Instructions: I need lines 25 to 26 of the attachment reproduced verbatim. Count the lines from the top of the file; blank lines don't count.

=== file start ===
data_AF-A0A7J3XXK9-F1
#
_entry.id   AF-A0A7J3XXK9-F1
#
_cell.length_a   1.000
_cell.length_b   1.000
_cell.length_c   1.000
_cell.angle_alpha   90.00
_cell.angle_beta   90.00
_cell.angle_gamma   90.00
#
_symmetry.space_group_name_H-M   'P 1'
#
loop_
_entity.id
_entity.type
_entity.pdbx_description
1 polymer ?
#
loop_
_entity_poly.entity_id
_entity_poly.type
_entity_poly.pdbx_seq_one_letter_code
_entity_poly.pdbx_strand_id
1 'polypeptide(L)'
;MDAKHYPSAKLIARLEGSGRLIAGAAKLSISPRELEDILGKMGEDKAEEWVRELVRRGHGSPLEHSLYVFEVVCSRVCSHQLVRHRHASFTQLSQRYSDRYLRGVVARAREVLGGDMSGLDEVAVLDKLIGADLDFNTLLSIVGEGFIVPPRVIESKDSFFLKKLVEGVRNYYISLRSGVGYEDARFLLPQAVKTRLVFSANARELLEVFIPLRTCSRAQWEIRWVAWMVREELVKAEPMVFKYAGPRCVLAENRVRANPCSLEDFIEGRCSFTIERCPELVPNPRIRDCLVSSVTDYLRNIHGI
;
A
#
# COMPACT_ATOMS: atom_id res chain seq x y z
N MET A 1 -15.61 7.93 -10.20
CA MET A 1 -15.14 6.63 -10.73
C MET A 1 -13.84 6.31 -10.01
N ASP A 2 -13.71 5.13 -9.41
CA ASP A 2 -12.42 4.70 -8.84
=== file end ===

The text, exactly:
1 'polypeptide(L)'
;MDAKHYPSAKLIARLEGSGRLIAGAAKLSISPRELEDILGKMGEDKAEEWVRELVRRGHGSPLEHSLYVFEVVCSRVCSHQLVRHRHASFTQLSQRYSDRYLRGVVARAREVLGGDMSGLDEVAVLDKLIGADLDFNTLLSIVGEGFIVPPRVIESKDSFFLKKLVEGVRNYYISLRSGVGYEDARFLLPQAVKTRLVFSANARELLEVFIPLRTCSRAQWEIRWVAWMVREELVKAEPMVFKYAGPRCVLAENRVRANPCSLEDFIEGRCSFTIERCPELVPNPRIRDCLVSSVTDYLRNIHGI